ably mounted in the embossments 126, 128 and 130, re~
having end bearings 54 and 56 which rotatably support a
spectively,
and a rack 142 formed at the rear of the
horizontal shaft 58 and laterally spaced integral upright
middle post 138 meshes with a pinion 144 on a shaft 146
bearing embossments 60 and 62 which slidably support
which is mounted for rotation in the base behind the
posts 64 and 66 having rack portions 68 and 70 which
post 138. In this connection, it will be observed that the
55
mesh with pinions 72 and 74, respectively, on the shaft.
pinion 144 cooperates only with the middle post 138.
The lower ends of the bores 76 and 78 in which the posts
The two outer posts 136 and 140 are disposed slightly
64 and 66 operate are normally sealed by disk-shaped
forwardly of the middle post 138 so as to clear the shaft
closures 80 and 82. A bridging clamping jaw 84 ex
146 and its adjuncts. A handle 148 on the projecting
tending between the projecting upper ends of the posts
64 and 66 is supported by annular flanges 86 and 88 on 60 end 150 of shaft 146 is actuated manually to rotate the
clamping fixture.
the posts and retained by nuts 90 and 92 and washers 94
and 96 on the -threaded ends 98 and 100 of the posts. A
handle 102 on the projecting end 104 of shaft 58 is mani
pulated manually to rotate the shaft which acts through
pinions 72 and 74 and racks 68 and 70 to simultaneously
slidably actuate the posts 64 and 66 to move the clamp
ing jaw 84 relative to a fixed flat clamping surface 106
shaft and through the rack 142 and pinion 144 slidably
actuate the post 138 which in turn actuates the two outer
posts 136 and 140 through a movable jaw 152 carried by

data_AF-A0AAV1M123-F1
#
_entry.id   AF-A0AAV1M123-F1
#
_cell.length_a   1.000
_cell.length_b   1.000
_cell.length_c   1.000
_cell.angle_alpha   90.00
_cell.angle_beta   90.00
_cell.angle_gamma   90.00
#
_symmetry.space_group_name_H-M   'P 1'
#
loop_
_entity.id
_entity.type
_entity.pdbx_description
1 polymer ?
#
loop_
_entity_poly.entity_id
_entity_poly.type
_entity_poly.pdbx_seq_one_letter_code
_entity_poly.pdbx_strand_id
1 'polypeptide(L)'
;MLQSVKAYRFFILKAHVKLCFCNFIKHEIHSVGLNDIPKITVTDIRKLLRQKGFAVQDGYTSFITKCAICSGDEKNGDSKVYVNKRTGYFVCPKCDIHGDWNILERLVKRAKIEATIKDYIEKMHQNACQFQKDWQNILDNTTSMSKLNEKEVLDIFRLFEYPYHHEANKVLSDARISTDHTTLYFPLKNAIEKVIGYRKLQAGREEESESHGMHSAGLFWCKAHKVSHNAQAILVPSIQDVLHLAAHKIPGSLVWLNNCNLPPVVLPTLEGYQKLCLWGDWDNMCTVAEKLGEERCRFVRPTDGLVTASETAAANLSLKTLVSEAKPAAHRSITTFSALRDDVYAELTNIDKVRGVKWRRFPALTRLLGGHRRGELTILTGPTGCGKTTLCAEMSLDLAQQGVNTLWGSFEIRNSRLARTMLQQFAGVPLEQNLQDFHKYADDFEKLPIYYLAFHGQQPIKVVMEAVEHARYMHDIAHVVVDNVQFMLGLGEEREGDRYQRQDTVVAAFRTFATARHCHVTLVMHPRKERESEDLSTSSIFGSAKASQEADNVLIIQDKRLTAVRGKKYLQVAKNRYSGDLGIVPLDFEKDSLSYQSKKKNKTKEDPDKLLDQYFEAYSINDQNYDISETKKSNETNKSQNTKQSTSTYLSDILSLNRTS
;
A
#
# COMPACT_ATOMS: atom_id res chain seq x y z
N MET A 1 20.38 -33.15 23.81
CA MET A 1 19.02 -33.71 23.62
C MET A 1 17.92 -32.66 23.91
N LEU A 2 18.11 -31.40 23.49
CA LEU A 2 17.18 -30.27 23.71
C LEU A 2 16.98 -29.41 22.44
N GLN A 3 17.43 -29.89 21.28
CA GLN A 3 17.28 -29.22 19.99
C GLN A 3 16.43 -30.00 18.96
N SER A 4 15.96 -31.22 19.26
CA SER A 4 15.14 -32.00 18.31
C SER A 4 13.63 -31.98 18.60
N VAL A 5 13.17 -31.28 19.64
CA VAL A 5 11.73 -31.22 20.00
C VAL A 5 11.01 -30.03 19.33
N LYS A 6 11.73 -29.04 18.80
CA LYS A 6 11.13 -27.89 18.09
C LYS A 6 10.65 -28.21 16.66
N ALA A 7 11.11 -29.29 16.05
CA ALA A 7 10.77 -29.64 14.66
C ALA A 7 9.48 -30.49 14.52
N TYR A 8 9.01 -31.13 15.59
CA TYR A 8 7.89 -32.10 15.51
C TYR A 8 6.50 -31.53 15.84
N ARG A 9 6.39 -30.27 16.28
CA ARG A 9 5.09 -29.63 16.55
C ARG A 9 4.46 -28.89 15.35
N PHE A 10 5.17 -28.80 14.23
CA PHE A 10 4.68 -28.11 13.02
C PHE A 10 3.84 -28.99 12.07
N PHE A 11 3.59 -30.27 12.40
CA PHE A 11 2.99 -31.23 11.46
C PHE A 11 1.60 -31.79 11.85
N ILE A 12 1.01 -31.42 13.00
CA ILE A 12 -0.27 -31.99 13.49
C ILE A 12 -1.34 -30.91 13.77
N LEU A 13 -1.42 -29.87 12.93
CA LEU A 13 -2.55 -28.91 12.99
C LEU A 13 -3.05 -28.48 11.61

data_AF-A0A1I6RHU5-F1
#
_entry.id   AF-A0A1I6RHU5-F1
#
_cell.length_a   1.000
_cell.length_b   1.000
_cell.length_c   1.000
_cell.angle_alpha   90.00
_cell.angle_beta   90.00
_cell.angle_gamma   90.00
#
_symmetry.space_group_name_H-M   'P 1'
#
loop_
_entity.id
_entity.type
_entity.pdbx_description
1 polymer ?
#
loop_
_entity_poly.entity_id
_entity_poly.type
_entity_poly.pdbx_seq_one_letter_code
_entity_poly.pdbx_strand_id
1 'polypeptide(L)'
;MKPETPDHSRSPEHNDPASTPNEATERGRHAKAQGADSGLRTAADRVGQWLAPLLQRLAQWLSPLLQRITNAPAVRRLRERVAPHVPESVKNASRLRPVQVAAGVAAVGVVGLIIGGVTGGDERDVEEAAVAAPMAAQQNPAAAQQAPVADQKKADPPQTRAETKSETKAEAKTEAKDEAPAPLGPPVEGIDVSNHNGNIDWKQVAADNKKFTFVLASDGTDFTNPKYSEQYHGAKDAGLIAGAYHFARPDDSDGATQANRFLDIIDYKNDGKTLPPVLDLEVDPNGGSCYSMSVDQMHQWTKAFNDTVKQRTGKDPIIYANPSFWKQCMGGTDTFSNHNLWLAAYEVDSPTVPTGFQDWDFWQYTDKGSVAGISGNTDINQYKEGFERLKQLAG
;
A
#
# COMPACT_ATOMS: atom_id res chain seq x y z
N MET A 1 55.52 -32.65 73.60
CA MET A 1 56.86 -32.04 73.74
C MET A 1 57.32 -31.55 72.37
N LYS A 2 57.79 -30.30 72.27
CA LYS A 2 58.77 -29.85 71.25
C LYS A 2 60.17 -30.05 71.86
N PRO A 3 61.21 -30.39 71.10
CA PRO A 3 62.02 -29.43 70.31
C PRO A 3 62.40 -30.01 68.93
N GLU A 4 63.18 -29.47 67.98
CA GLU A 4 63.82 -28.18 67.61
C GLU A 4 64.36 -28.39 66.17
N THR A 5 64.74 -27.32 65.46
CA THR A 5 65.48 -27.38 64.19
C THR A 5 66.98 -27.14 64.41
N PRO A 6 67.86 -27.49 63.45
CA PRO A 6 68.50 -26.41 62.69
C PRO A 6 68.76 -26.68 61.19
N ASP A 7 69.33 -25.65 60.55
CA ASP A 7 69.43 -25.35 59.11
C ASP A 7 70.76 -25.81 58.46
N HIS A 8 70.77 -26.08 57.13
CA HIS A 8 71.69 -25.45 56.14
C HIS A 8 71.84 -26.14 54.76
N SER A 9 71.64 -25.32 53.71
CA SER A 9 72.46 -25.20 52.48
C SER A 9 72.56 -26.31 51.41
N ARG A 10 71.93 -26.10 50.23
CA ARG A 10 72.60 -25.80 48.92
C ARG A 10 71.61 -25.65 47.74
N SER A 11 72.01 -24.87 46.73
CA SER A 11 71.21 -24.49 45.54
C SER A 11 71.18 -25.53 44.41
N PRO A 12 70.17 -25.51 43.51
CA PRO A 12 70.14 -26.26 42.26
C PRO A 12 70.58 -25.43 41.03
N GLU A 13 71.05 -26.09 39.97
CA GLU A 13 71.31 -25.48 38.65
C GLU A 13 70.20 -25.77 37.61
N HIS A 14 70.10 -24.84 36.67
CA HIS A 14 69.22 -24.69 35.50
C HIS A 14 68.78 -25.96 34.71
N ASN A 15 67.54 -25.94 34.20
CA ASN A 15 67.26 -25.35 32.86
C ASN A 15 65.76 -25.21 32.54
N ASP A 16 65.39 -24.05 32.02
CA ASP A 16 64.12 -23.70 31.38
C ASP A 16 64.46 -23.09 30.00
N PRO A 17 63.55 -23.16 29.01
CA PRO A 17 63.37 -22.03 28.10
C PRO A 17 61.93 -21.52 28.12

and interconnecting the posts. In this connection, it will
be observed that the jaw 152 is supported on radial shoul
ders 154, 156 and 158 on the posts 136, 138 and 140,
respectively, and that it is held against the shoulders by
nuts 160, 162 and 164 and washers 166, 168 and 170 on
the threaded upper end portions 172, 174 and 176 of the
scribed, thepost actuating shaft 58 is forrned adjacent the 70 posts. Manifestly, the middle post 138 is the driving
actuator for the upper jaw 152 and the outer posts 136
end 104 thereof with a coned section 108 which is re
and 140 are slaves which merely follow the action of the
ceived in a correspondingly tapered bearing surface in theA
middle post. However, the two outer posts 136 and 140
embossment 54. The two coned surfacesV 108 and 110
assist in holding the upper jaw 152 positioned properly
are normally held in lightly~pressed engagement by a
spring washer 112 on the other end of- the shaft 58, the 75 with respect to the base 122, they assist in supporting the
formed on the base between the bearing embossments
60 and 62,. As in the form of the invention first de
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5
upper jaw in clamping a workpiece, and they share the
`total bearing pressure during clamping. In the form of
the invention shown, the lower and upper jaws y124 and
152 carry jaw adapters 178 and 180, respectively, which
said base, a shaft mounted for rotation and limited axial
movement in said base and transversely of said post, a
rack on and movable with said post, =a pinion on and
movable with said shaft in mesh with said rack, said rack '